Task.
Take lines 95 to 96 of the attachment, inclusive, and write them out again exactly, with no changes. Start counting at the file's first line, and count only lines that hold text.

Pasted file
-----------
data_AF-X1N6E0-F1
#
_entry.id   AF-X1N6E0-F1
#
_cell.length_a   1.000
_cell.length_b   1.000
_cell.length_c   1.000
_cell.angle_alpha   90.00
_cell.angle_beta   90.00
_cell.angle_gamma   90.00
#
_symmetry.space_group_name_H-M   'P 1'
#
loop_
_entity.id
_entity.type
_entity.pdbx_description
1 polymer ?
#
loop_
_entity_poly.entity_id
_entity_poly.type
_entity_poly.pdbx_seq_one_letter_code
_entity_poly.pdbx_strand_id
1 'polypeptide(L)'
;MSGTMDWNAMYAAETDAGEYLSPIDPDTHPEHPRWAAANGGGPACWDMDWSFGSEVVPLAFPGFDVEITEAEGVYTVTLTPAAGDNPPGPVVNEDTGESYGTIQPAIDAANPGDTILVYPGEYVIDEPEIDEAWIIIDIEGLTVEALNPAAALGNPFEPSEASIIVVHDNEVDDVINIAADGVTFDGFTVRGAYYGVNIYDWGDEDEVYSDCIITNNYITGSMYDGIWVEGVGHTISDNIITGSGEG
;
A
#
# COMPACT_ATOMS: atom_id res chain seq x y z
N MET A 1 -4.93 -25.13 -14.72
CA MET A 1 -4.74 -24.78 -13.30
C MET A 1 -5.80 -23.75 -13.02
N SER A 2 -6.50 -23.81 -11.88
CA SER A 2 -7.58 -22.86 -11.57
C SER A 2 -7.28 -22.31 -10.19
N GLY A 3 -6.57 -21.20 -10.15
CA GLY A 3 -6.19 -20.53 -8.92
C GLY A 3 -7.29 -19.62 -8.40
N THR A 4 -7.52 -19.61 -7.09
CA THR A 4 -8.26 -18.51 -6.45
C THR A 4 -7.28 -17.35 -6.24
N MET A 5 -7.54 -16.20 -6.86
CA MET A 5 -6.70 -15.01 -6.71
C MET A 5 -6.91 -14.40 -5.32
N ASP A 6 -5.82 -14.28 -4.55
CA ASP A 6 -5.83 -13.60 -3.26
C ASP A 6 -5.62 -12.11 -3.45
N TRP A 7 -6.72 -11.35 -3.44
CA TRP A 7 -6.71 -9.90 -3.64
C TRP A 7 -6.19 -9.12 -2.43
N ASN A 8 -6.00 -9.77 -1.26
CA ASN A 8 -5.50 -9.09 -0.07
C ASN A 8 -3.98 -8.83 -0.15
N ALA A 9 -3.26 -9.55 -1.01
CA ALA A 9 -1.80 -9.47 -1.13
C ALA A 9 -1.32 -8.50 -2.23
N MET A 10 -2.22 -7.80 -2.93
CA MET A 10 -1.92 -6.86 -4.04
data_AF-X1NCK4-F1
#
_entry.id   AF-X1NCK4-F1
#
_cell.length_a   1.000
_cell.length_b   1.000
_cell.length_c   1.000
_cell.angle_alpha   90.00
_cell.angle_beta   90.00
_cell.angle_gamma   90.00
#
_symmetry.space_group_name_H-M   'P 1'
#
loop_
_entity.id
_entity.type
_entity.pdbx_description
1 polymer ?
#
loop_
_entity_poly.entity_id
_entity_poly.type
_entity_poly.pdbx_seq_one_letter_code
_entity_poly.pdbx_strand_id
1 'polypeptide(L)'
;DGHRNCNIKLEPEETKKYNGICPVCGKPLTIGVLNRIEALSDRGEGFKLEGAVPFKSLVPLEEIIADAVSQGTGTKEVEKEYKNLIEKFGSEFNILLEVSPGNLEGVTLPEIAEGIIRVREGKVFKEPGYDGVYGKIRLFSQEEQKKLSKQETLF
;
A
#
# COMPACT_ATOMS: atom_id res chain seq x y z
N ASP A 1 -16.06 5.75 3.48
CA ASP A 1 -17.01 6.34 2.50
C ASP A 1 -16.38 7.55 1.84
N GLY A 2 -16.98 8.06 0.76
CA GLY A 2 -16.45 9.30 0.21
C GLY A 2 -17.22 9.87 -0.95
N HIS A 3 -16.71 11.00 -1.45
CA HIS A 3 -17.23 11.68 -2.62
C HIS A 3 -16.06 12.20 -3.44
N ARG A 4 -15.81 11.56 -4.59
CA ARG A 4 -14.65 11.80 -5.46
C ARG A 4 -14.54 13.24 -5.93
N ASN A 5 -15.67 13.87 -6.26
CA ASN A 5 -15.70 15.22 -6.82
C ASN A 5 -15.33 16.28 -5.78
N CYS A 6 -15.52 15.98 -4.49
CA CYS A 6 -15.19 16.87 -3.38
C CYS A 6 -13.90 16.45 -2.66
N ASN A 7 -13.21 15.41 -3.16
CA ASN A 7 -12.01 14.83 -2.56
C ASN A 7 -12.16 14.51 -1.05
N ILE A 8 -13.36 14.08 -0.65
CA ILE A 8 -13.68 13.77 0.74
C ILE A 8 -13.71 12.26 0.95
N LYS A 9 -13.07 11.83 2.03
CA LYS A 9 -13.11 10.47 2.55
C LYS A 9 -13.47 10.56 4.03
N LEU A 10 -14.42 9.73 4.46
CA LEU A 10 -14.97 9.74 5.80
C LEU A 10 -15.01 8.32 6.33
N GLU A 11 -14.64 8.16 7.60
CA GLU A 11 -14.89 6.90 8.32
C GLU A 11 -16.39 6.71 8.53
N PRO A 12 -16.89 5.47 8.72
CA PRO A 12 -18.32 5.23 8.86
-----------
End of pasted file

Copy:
C GLY A 2 -17.22 9.87 -0.95
N HIS A 3 -16.71 11.00 -1.45